Expert Counsel: An overview

All throughout the development process of our PhyscoFilter we got in touch with experienced experts and stakeholders to constantly improve our technical solution and to assess potential users demands on its properties.

Figure 1: Overview of our interviews

1) 4th Water Research Horizon Conference “Water Scarcity and Global change” in Berlin

Figure 2: 4th Water Research Horizon Conference “Water Scarcity and Global change” in Berlin

The main goal of the participation on the 4th Water Research Horizon Conference “Water Scarcity and Global change” in Berlin on the 25th of June 2013 was to inform ourselves about worldwide water scarcity and global change. We hoped to get inspirations for our outreach and human practice effort. Moreover we were interested in the worldwide practical realization of minimizing “the water problem”. Especially the diverse ways of approach in different countries and the existing solutions were of interest (see Figure 2) to see how our project fits into this scope. In addition to the main speeches of ambassadors from different communities and companies we participated on a workshop session with speeches and discussion called “Water and Soils for Food and Energy - A Question of Technological Development?”.

We realized that it is quite difficult to give a straight answer to this question. J. Bouma (formerly Wageningen University, The Netherlands) answered with “No, not alone, but start with existing technology and go from there”. Whereas R. Ardakanian (United Nations University, Dresden) just said “yes” after his speech. But not only the answers on the topic question differed, also the point of view concerning to the worldwide water problem, scarcity and the definition of common water diverged. In his speech, R. Ardakanian placed water in context with waste. He said that waste can be a resource for the production of food and energy and must contribute as recycled waste in technology. According to E. Adar the goal and challenge for the next generation is (Ben Gurion University, Negev, Israel) minimizing the water use and costs. To him it was evident that water is a synonym for food and a commodity, not a resource like gold.

Figure 3: speech about "historic and future variations in global water" from J. Sheffield

Furthermore M. Lange (The Cyprus Institute, Nicosia) presented his speech titled "Ways about Climate Change and Energy-Water Nexus in the Mediterranean". A. Porporato (Duke University, NC, USA) gave a lecture on the role of ecohydrological variability in productivity and sustainability of ecosystems.

The following general speeches about the water scarcity and climate change, informed the audience about different present projects to reduce the water scarcity. G. Teutsch (UFZ Leipzig) who opened the conference talked about a “quick start” to reduce the water scarcity, which sticks together with the urgent topic of climate change. The main statement of the second speaker's speech ,P. Krebs (TU Dresden), was that not visions yield viable results, but only excellent concepts, new projects and community action. That the water topic has also an important role in politics, was approached from F. Holzwarth, (BMU Bonn) whose goal is forming a “water alliance with new individual faces”. He stated that in contrast to the climate change, the water scarcity isn’t a major topic in politics, because “disasters drive politics. In his speech U. Weber (DFG Bonn) picked out science (project, implementation and ideas) and society (public, politic) in relation to water scarcity and climate change as central themes. In turn, J. Sheffield (Princeton University, USA; see Figure 3) broached the issues of the transition between drought and floods.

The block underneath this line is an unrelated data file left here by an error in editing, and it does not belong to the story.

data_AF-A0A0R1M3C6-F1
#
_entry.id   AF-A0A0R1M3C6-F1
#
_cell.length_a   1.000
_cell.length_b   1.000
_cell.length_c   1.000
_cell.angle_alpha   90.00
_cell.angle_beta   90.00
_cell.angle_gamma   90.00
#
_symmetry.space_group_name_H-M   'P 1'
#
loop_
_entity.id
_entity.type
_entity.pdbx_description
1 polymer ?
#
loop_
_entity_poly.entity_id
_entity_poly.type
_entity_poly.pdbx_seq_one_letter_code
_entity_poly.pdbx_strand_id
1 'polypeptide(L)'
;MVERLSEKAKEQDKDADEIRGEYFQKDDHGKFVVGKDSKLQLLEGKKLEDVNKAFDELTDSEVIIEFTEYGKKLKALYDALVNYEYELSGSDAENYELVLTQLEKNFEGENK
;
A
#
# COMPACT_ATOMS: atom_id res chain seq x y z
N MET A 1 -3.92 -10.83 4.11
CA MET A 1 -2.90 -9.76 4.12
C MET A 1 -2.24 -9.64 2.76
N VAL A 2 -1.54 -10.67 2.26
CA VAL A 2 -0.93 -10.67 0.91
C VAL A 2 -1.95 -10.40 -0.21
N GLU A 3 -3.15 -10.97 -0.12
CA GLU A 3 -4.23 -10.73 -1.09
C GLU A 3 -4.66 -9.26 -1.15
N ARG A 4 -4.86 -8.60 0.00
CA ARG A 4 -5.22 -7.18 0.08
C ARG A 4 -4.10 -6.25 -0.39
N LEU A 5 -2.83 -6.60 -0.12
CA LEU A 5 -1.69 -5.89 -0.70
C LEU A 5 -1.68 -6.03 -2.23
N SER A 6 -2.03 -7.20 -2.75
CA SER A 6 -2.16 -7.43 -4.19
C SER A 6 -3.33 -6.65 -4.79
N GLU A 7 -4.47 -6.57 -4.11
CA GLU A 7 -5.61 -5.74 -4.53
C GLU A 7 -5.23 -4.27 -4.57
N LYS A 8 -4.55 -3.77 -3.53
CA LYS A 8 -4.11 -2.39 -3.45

Figure 4: speech about addressing our emerging water futures:The water-agriculture-energy-ecosystem nexus from G.Bidoglio

The theoretical aspect of controlling natural water's quality in a mathematical model was presented by G. Bidoglio(EC-JRC IES Ispra, Italy; see figure 4). Implemented Projects are the Joint Research Project SMART (integrated Water Resource Management in the Lower Jordan Valley) and the Guanting Project (sustainable water and agricultural land use in the Guanting watershed under limited water resources).

In summary the visit of the conference made us realize that water scarcity and water quality are in fact vital problems that already attract much attention in academic circles. In contrast, we did not know that the global water situation is such a multifaceted subject and we were stunned by the broad range of subjects that were covered during the conference. As the conference took place at the beginning of our project, the impressions we received from the conference helped us understanding what problems we should address when talking to a broader audience in our subsequent human practice efforts. Moreover the presentation of currently happening innovative projects inspired us in the design of our filter prototypes.

2) Workshop "Drugs in the Environment" in Berlin organized by the RCDS

Figure 5: Description

At the end of May we joined the "Drugs in the environment" conference that was organized by the RCDS (which is the youth organisation of the CDU, the currently governing political party in Germany) and the German Association of Research-Based Pharmaceutical Companies.
During this discussion meeting we had the opportunity to meet and discuss with several experts as well as with representatives of leading German pharmacy companies such as Bayer and Novartis. The main focus of this discussion was on the point whether pollution of the environment by pharmaceutic substances is a considerable problem for our society. Furthermore whether Germany is going to invest money to reduce this pollution and who is responsible for financing these measures. The conclusion of this conference was that in Germany there is no acute danger for mankind by contamination of the environment by pharmaceutic substances. In contrast the lowering of the detection limit for several substances leads to an awareness that there is contamination caused by mankind and that several people are not willing to accept this pollution.